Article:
Due to its poor financial health and lagging economy, Illinois carries unique economic and fiscal risks from a prolonged market downturn or recession. The state must act now to mitigate harm from COVID-19.View Report
Unemployment claims spiked this week as Illinois Gov. J.B. Pritzker ordered bars and restaurants to halt dine-in service, the service industry took major hits and large gatherings were banned to curb the COVID-19 pandemic.
Progressive income tax would essentially wipe out all 2019 employment gains in Illinois, and then some.
Amazon bought the old commercial property, but Bolingbrook’s mayor opposes putting 1,500 jobs on it. Illinois’ job growth was below the national average in 2019.
Despite Gov. J.B. Pritzker touting growth in “every major region,” Illinois shed jobs in three metropolitan areas and lagged the national average in seven more.
A proposal in the Illinois General Assembly would prohibit right-to-work laws in Illinois, making Illinois the only state in the nation to ban the policy in a state constitution.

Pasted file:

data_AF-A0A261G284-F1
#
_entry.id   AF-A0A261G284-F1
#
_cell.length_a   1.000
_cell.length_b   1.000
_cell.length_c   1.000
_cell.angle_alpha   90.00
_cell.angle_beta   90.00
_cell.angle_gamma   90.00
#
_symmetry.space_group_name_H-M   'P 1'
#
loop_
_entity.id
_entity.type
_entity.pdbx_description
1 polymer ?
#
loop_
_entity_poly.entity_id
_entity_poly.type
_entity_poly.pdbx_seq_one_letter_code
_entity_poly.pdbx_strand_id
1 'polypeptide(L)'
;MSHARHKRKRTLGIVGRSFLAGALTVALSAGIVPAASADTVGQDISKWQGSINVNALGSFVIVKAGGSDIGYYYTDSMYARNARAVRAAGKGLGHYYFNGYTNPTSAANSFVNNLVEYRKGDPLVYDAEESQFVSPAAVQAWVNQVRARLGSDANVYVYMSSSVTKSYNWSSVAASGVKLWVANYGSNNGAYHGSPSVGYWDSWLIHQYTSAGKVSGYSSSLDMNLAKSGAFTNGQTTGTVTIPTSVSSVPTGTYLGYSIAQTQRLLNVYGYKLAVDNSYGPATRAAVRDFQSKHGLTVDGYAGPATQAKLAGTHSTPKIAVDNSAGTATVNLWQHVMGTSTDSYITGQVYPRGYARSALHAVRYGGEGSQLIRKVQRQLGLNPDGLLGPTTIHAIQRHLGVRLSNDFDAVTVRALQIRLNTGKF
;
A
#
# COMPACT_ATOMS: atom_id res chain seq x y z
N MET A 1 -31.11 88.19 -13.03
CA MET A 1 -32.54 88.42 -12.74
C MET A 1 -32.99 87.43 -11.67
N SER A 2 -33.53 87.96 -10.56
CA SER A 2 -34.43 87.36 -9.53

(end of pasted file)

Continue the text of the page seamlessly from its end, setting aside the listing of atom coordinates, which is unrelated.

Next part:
Robust growth in government spending has failed to yield similar results for Illinoisans’ incomes
Illinois job creation lagged the national median in nearly every sector.
Just Cook County food stamp recipients were facing work requirements Jan. 1 if they were under age 50, able-bodied and had no dependents. Now the rules will apply throughout Illinois starting April 1.
Illinois’ unemployment rate hit 3.9% in September – the first time in decades that the jobless rate went under 4%, according to data from the U.S. Bureau of Labor Statistics.
Illinois has a higher percentage of its residents on food stamps than its neighboring states, and has seen a much slower decline in food stamp recipients following the recession.